How Assassin’s Creed Origins Won Me Back
Assassin’s Creed Valhalla looks to be incredible, but I still hadn’t played an Assassin’s Creed game since it soft-rebooted with Origins. Seeing it so cheap on sale, I figured now’s the best time to dive in and see what I’ve been missing out on — and it would seem like I’ve been missing out on a lot! I’ve been glued to Origins, Odyssey is in the post, and Valhalla is on pre-order. This is how Assassin’s Creed Origins won me back.
It’s funny that it took so long for me to tackle Origins, as Origins was intended to be a soft reboot for the series, and to bring those back in who had a bit of that Assassin’s Creed fatigue — that fits me perfectly. I’ve enjoyed pretty much all of the games I’ve played in the series, and when I was younger, I used to love going to panels at conventions to learn more about upcoming games, and to be able to cover them for websites I wrote at.
At some point though, between the many mainline games, spin-offs, comics and novels, I struggled to keep up, and felt that if I wanted to continue with the series, I’d have a lot of work to do — even more so after the Desmond arc concluded. Thankfully, Origins does away with this weight, and I feel like I’ve been absorbed into the series’ fresh, new arc, and it’s currently one that I can wholly experience through Origins, Odyssey and Valhalla. As a side note, I think Ubisoft did a great job in expanding the lore of the series, but it does have the unfortunate side effect of pushing away those who only want to play the games.
Ubisoft has always been community-focused, with the Star Player program and The Mentor’s Guild, and so it makes sense that they would listen to their audience, and that they’d create an experience to build upon what long-time fans of the series love about it, and a great place for newcomers to jump in. With games set in Ancient Egypt, Ancient Greece, England, and more, these locations bring the games to a wider audience outside of current Assassin’s Creed fans, and so it was important to create that clear separation to provide a fresh start, without rebooting entirely.
Open-world games are inherently ambitious, but not always are these lofty goals met. This could be down to empty landscapes, repetitive gameplay, or maybe the pacing of the story suffers and loses momentum, but Origins has done amazingly in keeping my attention, and engrossing me in Bayek’s tale. The main story and the side quests intertwined together beautifully, and I was eager to do as much as I could! Ancient Egypt is a great playground for Assassin’s Creed, and I couldn’t get enough of the stunning sights. The first time I climbed a pyramid blew me away.
One of the biggest changes to the series, beginning with Origins, is the combat system. The combat system was in dire need of a overhaul, and Ubisoft has delivered. There’s more weight to it now, and more options to play with to take down your foes. Stealth is still a big part of the game, but if you get into a battle, it can be a fast, thrilling battle to the death, where you utilise a variety of weapons — ranging from swords to spears, and bows to axes, each with unique stats effecting speed, power and range — and techniques to take down the different types of foe you’ll face off against. Similar to God of War (2018), you use the shoulder buttons to attack, and whilst you’re quite the powerhouse, it’s easy to become overwhelmed as the AI attacks from all sides. You can only guard from the front, after all!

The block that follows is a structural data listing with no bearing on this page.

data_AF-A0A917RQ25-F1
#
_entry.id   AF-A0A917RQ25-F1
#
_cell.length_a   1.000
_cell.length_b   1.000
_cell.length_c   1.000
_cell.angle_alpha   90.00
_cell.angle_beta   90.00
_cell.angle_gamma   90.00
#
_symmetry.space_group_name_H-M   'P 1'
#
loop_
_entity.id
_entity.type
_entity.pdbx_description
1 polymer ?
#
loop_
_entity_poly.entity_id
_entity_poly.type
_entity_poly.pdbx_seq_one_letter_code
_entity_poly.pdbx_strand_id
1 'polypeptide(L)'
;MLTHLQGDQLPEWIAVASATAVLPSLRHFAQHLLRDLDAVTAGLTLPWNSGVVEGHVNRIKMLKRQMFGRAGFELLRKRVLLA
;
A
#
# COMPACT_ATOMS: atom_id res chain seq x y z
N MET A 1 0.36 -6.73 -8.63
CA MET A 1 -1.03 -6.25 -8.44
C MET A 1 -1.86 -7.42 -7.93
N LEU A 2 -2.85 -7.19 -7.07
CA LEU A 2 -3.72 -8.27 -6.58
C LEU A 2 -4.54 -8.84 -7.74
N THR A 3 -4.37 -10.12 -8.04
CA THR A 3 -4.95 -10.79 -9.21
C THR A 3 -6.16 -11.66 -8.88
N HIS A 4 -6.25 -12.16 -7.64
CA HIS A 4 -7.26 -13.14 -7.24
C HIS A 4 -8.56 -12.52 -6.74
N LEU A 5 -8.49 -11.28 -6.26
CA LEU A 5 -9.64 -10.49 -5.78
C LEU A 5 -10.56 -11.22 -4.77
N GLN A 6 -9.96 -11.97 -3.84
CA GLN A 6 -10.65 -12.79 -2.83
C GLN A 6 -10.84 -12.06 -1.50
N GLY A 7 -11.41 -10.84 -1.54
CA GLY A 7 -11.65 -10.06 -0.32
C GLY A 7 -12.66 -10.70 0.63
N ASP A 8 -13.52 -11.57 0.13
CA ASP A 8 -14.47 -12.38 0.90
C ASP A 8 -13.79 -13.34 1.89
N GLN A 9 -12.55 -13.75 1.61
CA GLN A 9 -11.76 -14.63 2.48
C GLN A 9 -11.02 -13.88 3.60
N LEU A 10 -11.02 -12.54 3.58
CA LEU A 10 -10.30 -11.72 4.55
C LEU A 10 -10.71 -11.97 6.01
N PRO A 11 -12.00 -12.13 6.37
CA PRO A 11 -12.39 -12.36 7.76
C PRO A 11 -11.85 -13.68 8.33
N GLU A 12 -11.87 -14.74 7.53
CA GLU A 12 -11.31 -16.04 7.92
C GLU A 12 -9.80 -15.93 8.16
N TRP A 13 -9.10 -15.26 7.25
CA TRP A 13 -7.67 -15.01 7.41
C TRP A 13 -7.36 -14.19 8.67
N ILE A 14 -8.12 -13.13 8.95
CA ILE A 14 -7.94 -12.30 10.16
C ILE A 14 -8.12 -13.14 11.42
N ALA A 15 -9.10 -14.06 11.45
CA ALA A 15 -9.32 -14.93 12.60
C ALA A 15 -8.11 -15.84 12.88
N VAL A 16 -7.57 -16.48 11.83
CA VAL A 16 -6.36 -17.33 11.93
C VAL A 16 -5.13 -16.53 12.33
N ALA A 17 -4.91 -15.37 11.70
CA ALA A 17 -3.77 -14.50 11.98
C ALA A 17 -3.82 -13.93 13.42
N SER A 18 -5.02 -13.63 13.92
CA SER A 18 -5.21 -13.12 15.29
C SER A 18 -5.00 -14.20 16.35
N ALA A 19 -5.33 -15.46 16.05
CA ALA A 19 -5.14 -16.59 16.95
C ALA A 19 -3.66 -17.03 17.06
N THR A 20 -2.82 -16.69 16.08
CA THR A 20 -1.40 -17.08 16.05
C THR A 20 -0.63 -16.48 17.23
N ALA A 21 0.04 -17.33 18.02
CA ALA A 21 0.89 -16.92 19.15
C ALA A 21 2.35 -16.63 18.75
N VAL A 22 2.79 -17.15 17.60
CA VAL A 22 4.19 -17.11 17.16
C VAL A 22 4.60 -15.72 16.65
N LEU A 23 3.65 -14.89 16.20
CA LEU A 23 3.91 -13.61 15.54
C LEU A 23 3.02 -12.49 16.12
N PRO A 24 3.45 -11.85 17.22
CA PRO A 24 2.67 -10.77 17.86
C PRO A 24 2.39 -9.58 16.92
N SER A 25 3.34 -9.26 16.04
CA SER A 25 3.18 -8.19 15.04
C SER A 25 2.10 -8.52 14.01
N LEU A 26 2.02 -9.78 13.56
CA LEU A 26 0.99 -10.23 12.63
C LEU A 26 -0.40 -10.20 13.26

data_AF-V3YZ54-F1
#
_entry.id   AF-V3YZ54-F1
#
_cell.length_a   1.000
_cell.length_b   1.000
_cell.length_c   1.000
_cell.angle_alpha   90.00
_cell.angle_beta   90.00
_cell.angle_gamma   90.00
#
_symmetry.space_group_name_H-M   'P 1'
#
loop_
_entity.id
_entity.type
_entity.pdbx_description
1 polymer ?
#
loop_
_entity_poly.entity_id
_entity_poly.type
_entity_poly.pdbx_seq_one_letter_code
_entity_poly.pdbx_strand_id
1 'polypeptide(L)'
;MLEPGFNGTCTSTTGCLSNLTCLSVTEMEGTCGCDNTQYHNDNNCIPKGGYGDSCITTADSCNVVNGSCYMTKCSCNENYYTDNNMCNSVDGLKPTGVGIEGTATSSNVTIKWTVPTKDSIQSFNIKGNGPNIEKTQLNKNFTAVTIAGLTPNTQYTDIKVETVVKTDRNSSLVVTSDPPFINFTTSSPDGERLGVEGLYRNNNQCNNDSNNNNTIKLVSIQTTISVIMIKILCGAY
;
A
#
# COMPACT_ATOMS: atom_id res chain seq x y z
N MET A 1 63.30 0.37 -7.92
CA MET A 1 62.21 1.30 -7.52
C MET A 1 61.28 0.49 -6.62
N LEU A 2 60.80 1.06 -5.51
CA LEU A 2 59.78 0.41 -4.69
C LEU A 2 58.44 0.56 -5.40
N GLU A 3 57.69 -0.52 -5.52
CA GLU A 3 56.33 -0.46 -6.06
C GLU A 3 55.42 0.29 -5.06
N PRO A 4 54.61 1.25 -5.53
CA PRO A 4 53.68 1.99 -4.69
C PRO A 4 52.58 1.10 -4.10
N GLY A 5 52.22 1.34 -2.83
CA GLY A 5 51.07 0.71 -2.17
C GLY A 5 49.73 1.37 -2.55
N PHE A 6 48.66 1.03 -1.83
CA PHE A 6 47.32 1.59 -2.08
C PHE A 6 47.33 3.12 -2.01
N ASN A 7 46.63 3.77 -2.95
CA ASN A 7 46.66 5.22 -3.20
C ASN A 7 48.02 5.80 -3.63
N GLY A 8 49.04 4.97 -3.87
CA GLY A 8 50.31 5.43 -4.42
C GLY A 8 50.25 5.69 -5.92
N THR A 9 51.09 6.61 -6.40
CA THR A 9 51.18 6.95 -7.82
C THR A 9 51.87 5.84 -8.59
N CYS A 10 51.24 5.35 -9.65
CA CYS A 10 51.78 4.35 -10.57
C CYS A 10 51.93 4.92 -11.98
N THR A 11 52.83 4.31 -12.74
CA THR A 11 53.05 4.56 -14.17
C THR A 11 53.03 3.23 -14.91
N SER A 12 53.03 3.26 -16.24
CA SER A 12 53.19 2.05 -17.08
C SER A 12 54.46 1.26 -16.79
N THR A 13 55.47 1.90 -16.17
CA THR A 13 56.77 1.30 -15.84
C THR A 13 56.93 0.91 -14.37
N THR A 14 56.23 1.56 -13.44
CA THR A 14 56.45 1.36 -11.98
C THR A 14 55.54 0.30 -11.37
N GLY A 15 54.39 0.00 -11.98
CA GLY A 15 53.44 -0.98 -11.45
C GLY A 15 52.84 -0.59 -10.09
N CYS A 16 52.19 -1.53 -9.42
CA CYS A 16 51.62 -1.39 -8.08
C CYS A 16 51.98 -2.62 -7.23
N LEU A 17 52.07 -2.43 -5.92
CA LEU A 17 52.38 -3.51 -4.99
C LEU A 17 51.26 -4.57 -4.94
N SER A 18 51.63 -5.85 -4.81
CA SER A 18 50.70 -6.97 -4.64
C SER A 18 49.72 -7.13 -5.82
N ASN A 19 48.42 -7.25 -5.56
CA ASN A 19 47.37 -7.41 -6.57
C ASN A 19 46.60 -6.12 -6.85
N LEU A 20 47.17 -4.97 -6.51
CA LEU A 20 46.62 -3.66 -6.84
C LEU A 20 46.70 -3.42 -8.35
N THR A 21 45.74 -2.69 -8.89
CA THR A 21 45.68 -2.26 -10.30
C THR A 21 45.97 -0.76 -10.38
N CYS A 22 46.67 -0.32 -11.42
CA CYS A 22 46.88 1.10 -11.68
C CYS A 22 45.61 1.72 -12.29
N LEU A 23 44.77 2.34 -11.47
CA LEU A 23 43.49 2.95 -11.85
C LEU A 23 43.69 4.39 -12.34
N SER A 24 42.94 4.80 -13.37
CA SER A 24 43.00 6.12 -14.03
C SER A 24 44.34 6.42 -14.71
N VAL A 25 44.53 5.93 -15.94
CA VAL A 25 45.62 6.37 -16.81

The RPG elements appealed strongly to me too. I love skill trees and leveling up, and Origins has these in spades. Some quests are nigh impossible if you’re not a high enough level, but tackling a stronger enemy (especially the Phylakes) was made more exciting due to seeing exactly how high leveled they could be. I knew I’d be in for a challenge, and loved hunting them down. With RPG elements being so prevalent in this entry, I do wish you could maybe resolve some quests with dialogue, and not always killing people, though. Especially as Bayek seems to appreciate life and peace, and so sometimes his actions would feel at odds with his words.
The skill tree system provides freedom to level up the stats that you want, to play the way that you want. I kept it balanced so that I could tackle any scenario without too much trouble, but there are times when I thought “gah, I wish I put more points into this instead!”. It was fun experimenting with, and I’m stoked to see it implemented in Odyssey. Synchronisation has been given more agency too, as it enables Senu — your eagle — to sense things at a greater distance with every few syncs.
These are the core improvements and additions that enticed me to jump back in, and I only wish that I had gotten back into the series sooner. I’m going to continue spending some good time in Origins and Odyssey, and prepare myself for Valhalla later this year. These are some darn good games, aren’t they?